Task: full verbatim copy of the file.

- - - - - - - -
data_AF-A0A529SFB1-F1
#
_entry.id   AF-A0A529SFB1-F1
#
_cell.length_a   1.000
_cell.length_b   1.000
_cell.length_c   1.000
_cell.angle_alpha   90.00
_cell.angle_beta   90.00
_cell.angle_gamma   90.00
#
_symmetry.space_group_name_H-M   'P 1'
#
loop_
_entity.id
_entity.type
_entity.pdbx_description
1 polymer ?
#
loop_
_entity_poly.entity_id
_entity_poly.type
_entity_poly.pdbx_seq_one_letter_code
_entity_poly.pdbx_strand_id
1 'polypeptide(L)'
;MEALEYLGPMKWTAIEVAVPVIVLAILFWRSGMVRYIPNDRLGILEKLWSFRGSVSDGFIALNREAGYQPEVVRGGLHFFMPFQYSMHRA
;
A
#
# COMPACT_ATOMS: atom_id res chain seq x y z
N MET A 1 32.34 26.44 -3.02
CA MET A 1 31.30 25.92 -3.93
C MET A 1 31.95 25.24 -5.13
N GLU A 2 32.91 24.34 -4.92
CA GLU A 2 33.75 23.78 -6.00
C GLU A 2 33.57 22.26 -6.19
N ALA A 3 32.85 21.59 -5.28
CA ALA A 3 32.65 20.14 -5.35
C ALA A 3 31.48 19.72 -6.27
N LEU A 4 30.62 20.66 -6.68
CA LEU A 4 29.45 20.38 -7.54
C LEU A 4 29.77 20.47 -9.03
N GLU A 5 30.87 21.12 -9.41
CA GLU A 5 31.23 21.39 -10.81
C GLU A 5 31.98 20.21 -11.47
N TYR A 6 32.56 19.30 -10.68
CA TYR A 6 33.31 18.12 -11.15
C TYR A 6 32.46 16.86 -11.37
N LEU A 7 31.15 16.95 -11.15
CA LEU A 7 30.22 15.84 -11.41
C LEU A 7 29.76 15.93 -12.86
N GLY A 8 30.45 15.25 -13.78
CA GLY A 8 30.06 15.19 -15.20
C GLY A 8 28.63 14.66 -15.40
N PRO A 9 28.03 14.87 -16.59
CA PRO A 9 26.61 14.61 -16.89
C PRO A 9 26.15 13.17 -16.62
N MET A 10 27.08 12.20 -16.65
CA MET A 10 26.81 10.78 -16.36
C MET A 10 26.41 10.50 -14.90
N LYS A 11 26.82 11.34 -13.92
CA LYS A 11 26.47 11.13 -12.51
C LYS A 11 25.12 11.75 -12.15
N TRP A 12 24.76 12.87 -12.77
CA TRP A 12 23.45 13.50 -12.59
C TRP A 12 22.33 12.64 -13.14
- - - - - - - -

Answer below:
data_AF-A0A529SFB1-F1
#
_entry.id   AF-A0A529SFB1-F1
#
_cell.length_a   1.000
_cell.length_b   1.000
_cell.length_c   1.000
_cell.angle_alpha   90.00
_cell.angle_beta   90.00
_cell.angle_gamma   90.00
#
_symmetry.space_group_name_H-M   'P 1'
#
loop_
_entity.id
_entity.type
_entity.pdbx_description
1 polymer ?
#
loop_
_entity_poly.entity_id
_entity_poly.type
_entity_poly.pdbx_seq_one_letter_code
_entity_poly.pdbx_strand_id
1 'polypeptide(L)'
;MEALEYLGPMKWTAIEVAVPVIVLAILFWRSGMVRYIPNDRLGILEKLWSFRGSVSDGFIALNREAGYQPEVVRGGLHFFMPFQYSMHRA
;
A
#
# COMPACT_ATOMS: atom_id res chain seq x y z
N MET A 1 32.34 26.44 -3.02
CA MET A 1 31.30 25.92 -3.93
C MET A 1 31.95 25.24 -5.13
N GLU A 2 32.91 24.34 -4.92
CA GLU A 2 33.75 23.78 -6.00
C GLU A 2 33.57 22.26 -6.19
N ALA A 3 32.85 21.59 -5.28
CA ALA A 3 32.65 20.14 -5.35
C ALA A 3 31.48 19.72 -6.27
N LEU A 4 30.62 20.66 -6.68
CA LEU A 4 29.45 20.38 -7.54
C LEU A 4 29.77 20.47 -9.03
N GLU A 5 30.87 21.12 -9.41
CA GLU A 5 31.23 21.39 -10.81
C GLU A 5 31.98 20.21 -11.47
N TYR A 6 32.56 19.30 -10.68
CA TYR A 6 33.31 18.12 -11.15
C TYR A 6 32.46 16.86 -11.37
N LEU A 7 31.15 16.95 -11.15
CA LEU A 7 30.22 15.84 -11.41
C LEU A 7 29.76 15.93 -12.86
N GLY A 8 30.45 15.25 -13.78
CA GLY A 8 30.06 15.19 -15.20
C GLY A 8 28.63 14.66 -15.40
N PRO A 9 28.03 14.87 -16.59
CA PRO A 9 26.61 14.61 -16.89
C PRO A 9 26.15 13.17 -16.62
N MET A 10 27.08 12.20 -16.65
CA MET A 10 26.81 10.78 -16.36
C MET A 10 26.41 10.50 -14.90
N LYS A 11 26.82 11.34 -13.92
CA LYS A 11 26.47 11.13 -12.51
C LYS A 11 25.12 11.75 -12.15
N TRP A 12 24.76 12.87 -12.77
CA TRP A 12 23.45 13.50 -12.59
C TRP A 12 22.33 12.64 -13.14